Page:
ommentaries don’t tend to be the type of literature that Christians get excited about. They tend to be fairly academic and quite dry. At least, that is the perception. Most theologians would disagree with that assessment. But, perception is reality for many people. Not to mention, what is exciting for an academic or theologian might not be exciting for the rest of the Christian populace who are fed a steady diet of pop theology, self-help, and apologetics from the pulpit and the book shelf. Enter the “Resonate Series” from Intervarsity Press.

This series of commentaries, beginning with Paul Louis Metzger’s The Gospel of John: When Love Comes To Town,

Instead of going verse-by-verse, the author of each Resonate volume draws insights from the featured biblical book’s major themes, all the while attentive to the context of in which the themes are developed, for the purposes of guiding, guarding and growing readers as they move forward in their spiritual journeys…Our aim with this distinctive new genre or approach is to have one finger in the ancient Scriptures, another in the daily newspaper, and another finger touching the heart, all the while pointing to Jesus Christ.

It is an ambitious undertaking to be sure. I believe what The Gospel of John ends up being is a long sermon of sorts. The academic work is not sloppy nor is the imaginative work of communicating that work. This is essentially the art of the sermon. Each week, as a pastor crafts and eventually preaches his or her sermon, a good one must “have one finger in the ancient Scriptures, another in the daily newspaper, and another finger touching the heart, all the while pointing to Jesus Christ. Thus this commentary’s back-and-forth between our world and the world of Jesus is something most of us experience every week as we sit in the pew. As in math, this series simply “shows the work.” The final sermon is the English equivalent of “hiding all the edits.”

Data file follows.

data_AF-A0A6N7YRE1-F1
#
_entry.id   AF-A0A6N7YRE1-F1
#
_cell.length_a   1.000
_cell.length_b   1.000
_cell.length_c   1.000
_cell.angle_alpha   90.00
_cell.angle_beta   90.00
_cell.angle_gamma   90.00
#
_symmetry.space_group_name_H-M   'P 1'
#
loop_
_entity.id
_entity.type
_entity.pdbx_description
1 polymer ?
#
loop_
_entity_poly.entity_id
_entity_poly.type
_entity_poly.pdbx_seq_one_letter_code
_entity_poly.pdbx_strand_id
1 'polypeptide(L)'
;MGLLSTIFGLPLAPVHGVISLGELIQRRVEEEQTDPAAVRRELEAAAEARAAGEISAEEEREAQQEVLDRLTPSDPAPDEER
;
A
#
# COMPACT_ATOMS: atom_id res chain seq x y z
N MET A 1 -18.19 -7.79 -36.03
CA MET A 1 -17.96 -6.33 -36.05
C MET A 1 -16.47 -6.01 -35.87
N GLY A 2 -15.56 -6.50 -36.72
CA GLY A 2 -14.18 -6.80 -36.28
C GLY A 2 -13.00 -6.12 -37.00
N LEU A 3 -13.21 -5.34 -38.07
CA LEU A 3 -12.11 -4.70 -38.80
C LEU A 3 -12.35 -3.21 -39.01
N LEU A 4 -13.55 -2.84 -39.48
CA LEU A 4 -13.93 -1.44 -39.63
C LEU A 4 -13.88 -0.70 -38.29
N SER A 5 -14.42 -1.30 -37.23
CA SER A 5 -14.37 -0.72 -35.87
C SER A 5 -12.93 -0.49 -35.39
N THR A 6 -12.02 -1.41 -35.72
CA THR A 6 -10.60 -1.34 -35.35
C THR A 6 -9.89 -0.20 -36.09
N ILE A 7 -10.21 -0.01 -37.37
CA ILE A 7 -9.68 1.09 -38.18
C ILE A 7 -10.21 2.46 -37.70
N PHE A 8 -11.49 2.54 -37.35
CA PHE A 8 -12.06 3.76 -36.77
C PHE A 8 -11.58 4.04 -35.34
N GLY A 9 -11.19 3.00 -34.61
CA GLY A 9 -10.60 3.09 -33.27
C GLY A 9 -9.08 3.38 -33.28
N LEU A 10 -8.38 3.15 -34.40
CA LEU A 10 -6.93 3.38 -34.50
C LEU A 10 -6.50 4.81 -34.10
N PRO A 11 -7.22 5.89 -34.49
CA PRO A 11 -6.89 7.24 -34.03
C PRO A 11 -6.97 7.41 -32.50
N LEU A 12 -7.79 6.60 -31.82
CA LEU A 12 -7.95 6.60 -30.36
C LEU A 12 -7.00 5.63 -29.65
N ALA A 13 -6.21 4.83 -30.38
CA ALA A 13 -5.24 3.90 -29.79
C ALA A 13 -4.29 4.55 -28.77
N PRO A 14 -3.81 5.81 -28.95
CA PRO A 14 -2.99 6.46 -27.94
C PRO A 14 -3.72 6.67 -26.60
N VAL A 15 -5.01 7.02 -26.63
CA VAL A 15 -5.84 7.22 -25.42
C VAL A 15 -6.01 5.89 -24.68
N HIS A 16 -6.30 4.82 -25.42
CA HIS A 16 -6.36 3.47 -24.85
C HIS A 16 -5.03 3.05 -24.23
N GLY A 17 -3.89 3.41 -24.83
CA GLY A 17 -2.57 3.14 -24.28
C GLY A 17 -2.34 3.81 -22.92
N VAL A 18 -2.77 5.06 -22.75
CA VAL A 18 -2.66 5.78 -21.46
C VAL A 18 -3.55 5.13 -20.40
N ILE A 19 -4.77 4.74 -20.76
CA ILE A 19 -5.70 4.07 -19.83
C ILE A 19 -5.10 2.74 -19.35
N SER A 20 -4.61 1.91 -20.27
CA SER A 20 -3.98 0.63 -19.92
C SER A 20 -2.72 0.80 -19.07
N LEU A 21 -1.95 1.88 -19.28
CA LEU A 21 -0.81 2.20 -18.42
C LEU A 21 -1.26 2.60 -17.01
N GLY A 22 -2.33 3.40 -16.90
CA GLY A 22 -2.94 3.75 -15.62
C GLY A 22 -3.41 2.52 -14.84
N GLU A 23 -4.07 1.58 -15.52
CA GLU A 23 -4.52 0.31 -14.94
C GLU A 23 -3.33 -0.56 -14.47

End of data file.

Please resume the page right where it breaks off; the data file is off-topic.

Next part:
Is it appealing, though? I think so, but I am a young theologian. I love thinking about this kind of stuff. But, I’m afraid that while many pew sitters say they want to study deeply, by-and-large they have not been equipped to do so. Our churches, despite the hard work of the pastor wrestling with the text throughout the week, have served to create lazy followers not given to rigorous study of the Scriptures. This series is by far the most accessible I have come across, but I’m not entirely sure its going to “resonate” with the Christian consumer (beyond pastors, those already given to buying commentaries). It is dragged out to sea by the very tide is attempting to turn.

Overall, I think the author and series editor have accomplished something unique in the world of commentaries. As someone who swears by tried-and-true, dusty old commentary volumes, the “Resonate Series” is a welcome addition to my growing library of theological resources.  My hope is that the general consumer will accept the honest challenge of loving God with heart, soul, and mind, as this series really requires all three.